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Hull Number: FFG-9

Launch Date: 07/29/1978

Commissioned Date: 02/28/1980

Decommissioned Date: 06/28/2002

Call Sign: NASW



Length Overall: 445'

Beam: 45'

Draft: 24' 6"


1-3″ 1-Standard-SAM Harpoon-SSM 6-12.75″T LAMPS




40,000 SHP, 2 G. E. LM-2500 gas turbines, 1 screw

Highest speed on trials: 28.5 knots



Wikipedia (as of 2024)

Commodore Alexander Scammel Wadsworth (1790–April 5, 1851) was an officer of the United States Navy. His more than 40 years of active duty included service in the War of 1812.

Alexander S. Wadsworth

From Wikipedia, the free encyclopedia

Commodore Alexander Scammel Wadsworth (1790–April 5, 1851) was an officer of the United States Navy. His more than 40 years of active duty included service in the War of 1812.


Wadsworth was born in 1790 at Portland, Maine. He was appointed a midshipman on 2 April 1804 and was promoted to lieutenant on 21 April 1810. Lt. Wadsworth was the first lieutenant on board Constitution during that frigate‘s successful engagement with HMS Guerriere in the War of 1812. For this action, he received a silver medal and was included in the vote of thanks received by the commanding officer, Isaac Hull, and his officers. Wadsworth later served as first lieutenant of the corvette Adams during that ship’s cruise in 1814 when she captured 10 prizes.

Promoted to master commandant on 27 April 1816 for his services during the war, Wadsworth commanded the brig Prometheus in the Mediterranean Squadron after the Second Barbary War in 1816 and 1817 and later commanded the sloop John Adams. Under Wadsworth, John Adams conducted cruises in the West Indies in 1818–1819, and 1821–1822 for the suppression of piracy.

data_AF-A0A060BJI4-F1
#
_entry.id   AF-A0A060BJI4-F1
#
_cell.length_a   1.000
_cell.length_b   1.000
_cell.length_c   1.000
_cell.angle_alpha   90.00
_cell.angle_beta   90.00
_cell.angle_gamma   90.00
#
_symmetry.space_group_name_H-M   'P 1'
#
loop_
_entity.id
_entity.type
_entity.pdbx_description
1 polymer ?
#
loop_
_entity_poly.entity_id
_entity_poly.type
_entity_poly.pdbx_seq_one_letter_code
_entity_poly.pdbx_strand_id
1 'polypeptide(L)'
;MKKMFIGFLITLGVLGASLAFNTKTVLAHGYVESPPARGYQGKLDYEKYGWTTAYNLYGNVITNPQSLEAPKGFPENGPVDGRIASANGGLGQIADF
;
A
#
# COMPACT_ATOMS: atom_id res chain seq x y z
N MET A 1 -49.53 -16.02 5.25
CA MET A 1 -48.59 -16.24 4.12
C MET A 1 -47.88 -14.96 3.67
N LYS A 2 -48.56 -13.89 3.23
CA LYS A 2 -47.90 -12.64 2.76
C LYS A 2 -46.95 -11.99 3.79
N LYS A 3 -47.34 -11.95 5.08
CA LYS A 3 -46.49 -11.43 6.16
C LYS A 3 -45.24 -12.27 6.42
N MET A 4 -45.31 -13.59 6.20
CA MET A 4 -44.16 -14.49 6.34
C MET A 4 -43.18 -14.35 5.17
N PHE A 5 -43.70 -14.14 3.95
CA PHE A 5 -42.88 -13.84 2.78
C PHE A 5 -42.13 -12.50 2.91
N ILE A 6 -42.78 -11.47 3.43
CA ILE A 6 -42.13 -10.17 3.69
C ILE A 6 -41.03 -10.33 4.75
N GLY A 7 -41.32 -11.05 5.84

Promoted to captain on 3 March 1825, he commanded the frigate Constellation in the Mediterranean Squadron from 1829 to 1832. Wadsworth was commodore commanding the Pacific Squadron from 1834 to 1836, a member of the Board of Navy Commissioners from 1837 to 1840, and Inspector of Ordnance from 1841 to 1850. Commodore Wadsworth died at Washington, D.C., on 5 April 1851.

He was the son of Peleg Wadsworth, the uncle of author Henry Wadsworth Longfellow, and namesake of Alexander Scammel.


Naval Reserve Force ship 6/30/1985. Stricken 7/23/2002. To Poland.


Wikipedia (as of 2024)

USS Wadsworth (FFG-9), third ship of the Oliver Hazard Perry class of guided-missile frigates, was named for Commodore Alexander S. Wadsworth (1790–1851). She was the third US Navy ship named Wadsworth. She was the second “short-hull” (Flight I) OHP frigate 445 ft (136 m) long. Commissioned in 1980, she served in the US Navy until 2002. Upon decommissioning she was immediately turned over to the Polish navy, where she now serves as ORP Generał Tadeusz Kościuszko.

Ordered from Todd Pacific Shipyards, Los Angeles DivisionSan PedroCalifornia on 27 February 1976 as part of the FY75 program, Wadsworth, originally classified PF-111, was laid down on 13 July 1977, launched on 29 July 1978, and commissioned on 28 February 1980. Wadsworth was sponsored by Mrs. Patricia P. Roberts, the great-great-great-granddaughter of Commodore Alexander S. Wadsworth.[1]

Wadsworth portrayed Reuben James in the 1990 film The Hunt for Red October along with USS Gary (FFG-51).

The ship’s motto was “For One’s Country” and originates from the words of Captain Isaac Hull, Commanding Officer of USS Constitution before her August 1812 battle with HMS Guerriere. Hull said, “Men, now do your duty. Your officers cannot have entire command over you now. Each man must do all in his power for his country.”[2]

Wadsworth and her crew received Battle Effectiveness Awards for operations in 1993, 1998 and 2001.[3]

Decommissioned on 28 June 2002, Wadsworth was handed over to Poland the same day and commissioned as ORP Generał Tadeusz Kościuszko, after Tadeusz Kościuszko an American Revolutionary War hero in the United States and an independence hero in Poland. She was formally stricken from the Navy list on 23 July 2002.